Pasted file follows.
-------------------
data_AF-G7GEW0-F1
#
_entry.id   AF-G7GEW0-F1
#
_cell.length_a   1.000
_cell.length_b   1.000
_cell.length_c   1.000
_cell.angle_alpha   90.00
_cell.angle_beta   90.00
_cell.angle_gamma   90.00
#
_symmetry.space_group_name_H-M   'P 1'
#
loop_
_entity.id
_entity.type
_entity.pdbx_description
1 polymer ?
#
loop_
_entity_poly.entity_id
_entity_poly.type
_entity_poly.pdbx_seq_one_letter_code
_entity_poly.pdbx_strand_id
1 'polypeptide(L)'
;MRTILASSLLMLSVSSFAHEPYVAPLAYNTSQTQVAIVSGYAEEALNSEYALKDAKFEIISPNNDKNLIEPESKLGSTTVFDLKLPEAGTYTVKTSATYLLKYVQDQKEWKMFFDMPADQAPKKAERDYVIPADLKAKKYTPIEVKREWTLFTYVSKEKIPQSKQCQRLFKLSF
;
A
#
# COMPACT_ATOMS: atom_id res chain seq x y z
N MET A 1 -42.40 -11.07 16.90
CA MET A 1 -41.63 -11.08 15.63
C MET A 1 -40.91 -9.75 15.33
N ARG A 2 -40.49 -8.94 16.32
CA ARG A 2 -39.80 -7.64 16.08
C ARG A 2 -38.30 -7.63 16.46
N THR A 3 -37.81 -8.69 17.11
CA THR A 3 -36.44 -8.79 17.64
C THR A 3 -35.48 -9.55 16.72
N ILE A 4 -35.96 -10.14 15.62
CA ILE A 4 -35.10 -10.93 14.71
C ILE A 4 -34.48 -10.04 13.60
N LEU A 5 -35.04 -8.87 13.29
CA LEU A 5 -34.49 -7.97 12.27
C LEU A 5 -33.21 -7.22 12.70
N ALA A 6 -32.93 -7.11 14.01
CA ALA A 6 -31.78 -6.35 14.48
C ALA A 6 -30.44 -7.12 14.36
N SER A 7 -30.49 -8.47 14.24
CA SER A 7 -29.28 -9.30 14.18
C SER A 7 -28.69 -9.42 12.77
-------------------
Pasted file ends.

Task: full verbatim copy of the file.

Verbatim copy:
data_AF-G7GEW0-F1
#
_entry.id   AF-G7GEW0-F1
#
_cell.length_a   1.000
_cell.length_b   1.000
_cell.length_c   1.000
_cell.angle_alpha   90.00
_cell.angle_beta   90.00
_cell.angle_gamma   90.00
#
_symmetry.space_group_name_H-M   'P 1'
#
loop_
_entity.id
_entity.type
_entity.pdbx_description
1 polymer ?
#
loop_
_entity_poly.entity_id
_entity_poly.type
_entity_poly.pdbx_seq_one_letter_code
_entity_poly.pdbx_strand_id
1 'polypeptide(L)'
;MRTILASSLLMLSVSSFAHEPYVAPLAYNTSQTQVAIVSGYAEEALNSEYALKDAKFEIISPNNDKNLIEPESKLGSTTVFDLKLPEAGTYTVKTSATYLLKYVQDQKEWKMFFDMPADQAPKKAERDYVIPADLKAKKYTPIEVKREWTLFTYVSKEKIPQSKQCQRLFKLSF
;
A
#
# COMPACT_ATOMS: atom_id res chain seq x y z
N MET A 1 -42.40 -11.07 16.90
CA MET A 1 -41.63 -11.08 15.63
C MET A 1 -40.91 -9.75 15.33
N ARG A 2 -40.49 -8.94 16.32
CA ARG A 2 -39.80 -7.64 16.08
C ARG A 2 -38.30 -7.63 16.46
N THR A 3 -37.81 -8.69 17.11
CA THR A 3 -36.44 -8.79 17.64
C THR A 3 -35.48 -9.55 16.72
N ILE A 4 -35.96 -10.14 15.62
CA ILE A 4 -35.10 -10.93 14.71
C ILE A 4 -34.48 -10.04 13.60
N LEU A 5 -35.04 -8.87 13.29
CA LEU A 5 -34.49 -7.97 12.27
C LEU A 5 -33.21 -7.22 12.70
N ALA A 6 -32.93 -7.11 14.01
CA ALA A 6 -31.78 -6.35 14.48
C ALA A 6 -30.44 -7.12 14.36
N SER A 7 -30.49 -8.47 14.24
CA SER A 7 -29.28 -9.30 14.18
C SER A 7 -28.69 -9.42 12.77